• Here you can adjust contact preferences – including frequency – for both LinkedIn and other third parties.

5 smart LinkedIn privacy best practices

View your public profile

Remember that your public profile is designed to appear in public search engine searches. This means that, potentially, anyone can see it without needing to even log in to LinkedIn as a user. So, use your public profile settings tab to see what level of visibility you have.

The default setting means that visitors will have full access to your profile as a whole, including your image, work role, education, summary, website, member groups and other sources of information – including any sites that you have linked to.

This view is useful if you want to provide full transparency. Otherwise, uncheck any features that you don’t want on public display.

Visibility on member feeds

Again, your personal feed will be shown on member feeds unless you adjust them. These could be notifications that you have posted a recommendation, joined a new group, contributed a blog or updated your work. Go to profile settings and choose ‘member feed visibility’ to adjust the four different settings available to select from.

Here you can choose whether to make your actions on the platform visible to all, only to those within your own network, just to direct connections – or no one at all. The latter two settings are best for privacy and to avoid any LinkedIn security bereaches.

Twitter links

You can stream Twitter tweets to your profile on LinkedIn, or feed your LinkedIn status to your Twitter feed in a reciprocal relationship between the two social media platforms. It’s handy from a time-saving perspective, but be careful. Firstly, Twitter isn’t always used for business purposes, so be careful about feeding in personal information to LinkedIn by accident.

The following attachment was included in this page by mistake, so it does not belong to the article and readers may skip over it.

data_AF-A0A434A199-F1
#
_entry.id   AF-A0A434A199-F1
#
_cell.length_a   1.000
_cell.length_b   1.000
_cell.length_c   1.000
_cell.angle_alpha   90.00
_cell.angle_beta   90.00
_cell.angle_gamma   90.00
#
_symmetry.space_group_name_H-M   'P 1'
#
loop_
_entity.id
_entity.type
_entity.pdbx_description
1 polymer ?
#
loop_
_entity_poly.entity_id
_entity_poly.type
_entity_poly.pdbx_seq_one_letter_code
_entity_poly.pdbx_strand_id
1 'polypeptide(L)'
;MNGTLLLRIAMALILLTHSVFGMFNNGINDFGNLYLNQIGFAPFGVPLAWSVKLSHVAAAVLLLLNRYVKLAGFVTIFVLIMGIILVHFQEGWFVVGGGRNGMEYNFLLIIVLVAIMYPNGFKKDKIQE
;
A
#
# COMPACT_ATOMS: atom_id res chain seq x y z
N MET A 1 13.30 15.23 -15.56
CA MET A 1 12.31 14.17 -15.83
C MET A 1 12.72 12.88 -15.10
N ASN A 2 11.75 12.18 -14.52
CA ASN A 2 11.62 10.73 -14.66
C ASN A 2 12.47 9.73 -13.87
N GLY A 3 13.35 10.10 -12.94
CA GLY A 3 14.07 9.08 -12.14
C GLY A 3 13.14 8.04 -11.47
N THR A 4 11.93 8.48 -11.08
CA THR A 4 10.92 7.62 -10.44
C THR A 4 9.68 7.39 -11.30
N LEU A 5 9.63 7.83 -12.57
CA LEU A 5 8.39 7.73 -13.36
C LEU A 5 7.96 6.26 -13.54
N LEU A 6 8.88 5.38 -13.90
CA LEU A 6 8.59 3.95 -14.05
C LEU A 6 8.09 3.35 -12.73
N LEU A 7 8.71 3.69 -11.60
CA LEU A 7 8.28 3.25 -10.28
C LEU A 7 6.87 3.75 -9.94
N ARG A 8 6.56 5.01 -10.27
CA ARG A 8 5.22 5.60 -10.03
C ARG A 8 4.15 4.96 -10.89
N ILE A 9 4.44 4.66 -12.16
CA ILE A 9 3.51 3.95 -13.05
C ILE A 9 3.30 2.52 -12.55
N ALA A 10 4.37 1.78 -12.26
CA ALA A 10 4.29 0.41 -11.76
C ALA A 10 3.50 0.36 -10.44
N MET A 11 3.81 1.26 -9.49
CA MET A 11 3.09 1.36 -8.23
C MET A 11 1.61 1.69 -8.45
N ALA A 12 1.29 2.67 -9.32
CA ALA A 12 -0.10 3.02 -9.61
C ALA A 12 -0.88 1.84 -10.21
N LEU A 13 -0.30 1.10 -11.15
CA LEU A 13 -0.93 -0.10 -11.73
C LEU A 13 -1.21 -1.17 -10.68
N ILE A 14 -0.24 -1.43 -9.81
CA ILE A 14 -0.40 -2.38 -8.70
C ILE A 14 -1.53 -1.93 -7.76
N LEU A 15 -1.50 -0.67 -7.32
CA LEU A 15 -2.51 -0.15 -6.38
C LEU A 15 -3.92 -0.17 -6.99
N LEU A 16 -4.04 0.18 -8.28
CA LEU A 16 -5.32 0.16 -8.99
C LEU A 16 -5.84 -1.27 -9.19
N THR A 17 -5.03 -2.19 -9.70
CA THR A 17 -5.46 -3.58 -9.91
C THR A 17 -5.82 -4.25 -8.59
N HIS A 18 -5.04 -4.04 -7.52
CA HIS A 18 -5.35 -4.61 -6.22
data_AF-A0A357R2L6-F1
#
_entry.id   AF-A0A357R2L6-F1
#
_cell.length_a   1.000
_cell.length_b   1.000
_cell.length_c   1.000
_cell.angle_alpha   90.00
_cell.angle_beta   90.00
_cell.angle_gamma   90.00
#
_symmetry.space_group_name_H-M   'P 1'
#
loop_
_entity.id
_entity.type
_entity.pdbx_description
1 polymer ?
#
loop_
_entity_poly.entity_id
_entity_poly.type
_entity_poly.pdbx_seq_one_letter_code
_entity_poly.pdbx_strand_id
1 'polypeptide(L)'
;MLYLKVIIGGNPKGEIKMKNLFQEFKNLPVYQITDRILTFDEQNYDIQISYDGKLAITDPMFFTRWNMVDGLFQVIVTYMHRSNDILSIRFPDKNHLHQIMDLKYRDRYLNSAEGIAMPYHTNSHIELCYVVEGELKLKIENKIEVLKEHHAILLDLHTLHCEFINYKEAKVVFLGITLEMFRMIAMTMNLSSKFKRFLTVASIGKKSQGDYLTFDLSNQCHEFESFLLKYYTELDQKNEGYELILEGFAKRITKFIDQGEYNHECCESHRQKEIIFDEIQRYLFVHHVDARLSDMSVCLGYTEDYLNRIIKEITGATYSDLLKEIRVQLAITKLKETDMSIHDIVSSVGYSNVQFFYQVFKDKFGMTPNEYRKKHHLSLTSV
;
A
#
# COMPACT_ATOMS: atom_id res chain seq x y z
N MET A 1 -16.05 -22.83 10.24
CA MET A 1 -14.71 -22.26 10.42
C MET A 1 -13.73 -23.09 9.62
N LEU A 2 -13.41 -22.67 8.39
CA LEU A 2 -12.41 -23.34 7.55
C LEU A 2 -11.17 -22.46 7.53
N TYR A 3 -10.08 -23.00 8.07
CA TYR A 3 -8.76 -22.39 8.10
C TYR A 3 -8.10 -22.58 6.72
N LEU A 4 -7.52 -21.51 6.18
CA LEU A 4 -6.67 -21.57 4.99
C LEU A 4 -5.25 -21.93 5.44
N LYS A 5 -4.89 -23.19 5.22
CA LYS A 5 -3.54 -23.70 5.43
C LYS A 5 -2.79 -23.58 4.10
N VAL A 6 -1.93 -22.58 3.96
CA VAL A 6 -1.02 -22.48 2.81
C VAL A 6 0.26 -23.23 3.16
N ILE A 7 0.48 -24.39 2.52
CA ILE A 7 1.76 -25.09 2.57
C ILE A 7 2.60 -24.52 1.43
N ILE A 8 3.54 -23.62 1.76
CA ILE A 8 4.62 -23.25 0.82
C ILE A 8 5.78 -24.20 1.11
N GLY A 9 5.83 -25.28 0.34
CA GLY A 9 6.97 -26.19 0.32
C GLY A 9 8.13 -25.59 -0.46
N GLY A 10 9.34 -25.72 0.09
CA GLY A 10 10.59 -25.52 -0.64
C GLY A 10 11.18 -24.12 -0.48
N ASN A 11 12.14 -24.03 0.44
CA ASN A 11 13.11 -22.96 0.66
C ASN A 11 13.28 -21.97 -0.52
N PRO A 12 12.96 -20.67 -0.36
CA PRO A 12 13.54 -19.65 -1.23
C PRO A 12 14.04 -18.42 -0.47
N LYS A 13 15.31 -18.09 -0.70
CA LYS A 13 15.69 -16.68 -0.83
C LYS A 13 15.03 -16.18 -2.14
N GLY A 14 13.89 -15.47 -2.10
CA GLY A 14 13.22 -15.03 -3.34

Check your settings in the Profile Settings section and then go to Twitter Settings to add/remove your Twitter accounts and choose the display and share levels that you feel comfortable with. This includes the option to only show your Tweets that have the #in hashtag on LinkedIn.

Profile views

Located on your homepage you’ll see a ‘Who’s viewed my profile’ box on the right. This tells you how many times people have recently viewed your profile, and also how many times it has shown in search engine results.

Adjust this in the privacy settings section, under Profile Views. You can choose to have all information shown in these searches, including your image and title, or simply anonymously. Finally, you can make your profile invisible.


LinkedIn has a platform which allows APIs to operate, and for developers to integrate the platform to third-party websites and business applications. Member users have tried these apps and given external sites access to their profile as a result.

Look at the Privacy Settings section and find the Authorized Applications tab to add or delete these as necessary. Remember, the fewer routes to your account that you provide, the safer it will be.

In summary

LinkedIn does provide clear information about how to manage your security and privacy settings, and it is up to each user of the platform to be proactive and vigilant in doing so. Avoid allowing default settings to give too much information away, and keep a close eye on your account in case any suspicious activity is noted.

Remember, in the digital world, not everyone is operating with transparent and positive intentions – and hackers are just as motivated as honest business people when it comes to achieving their goals!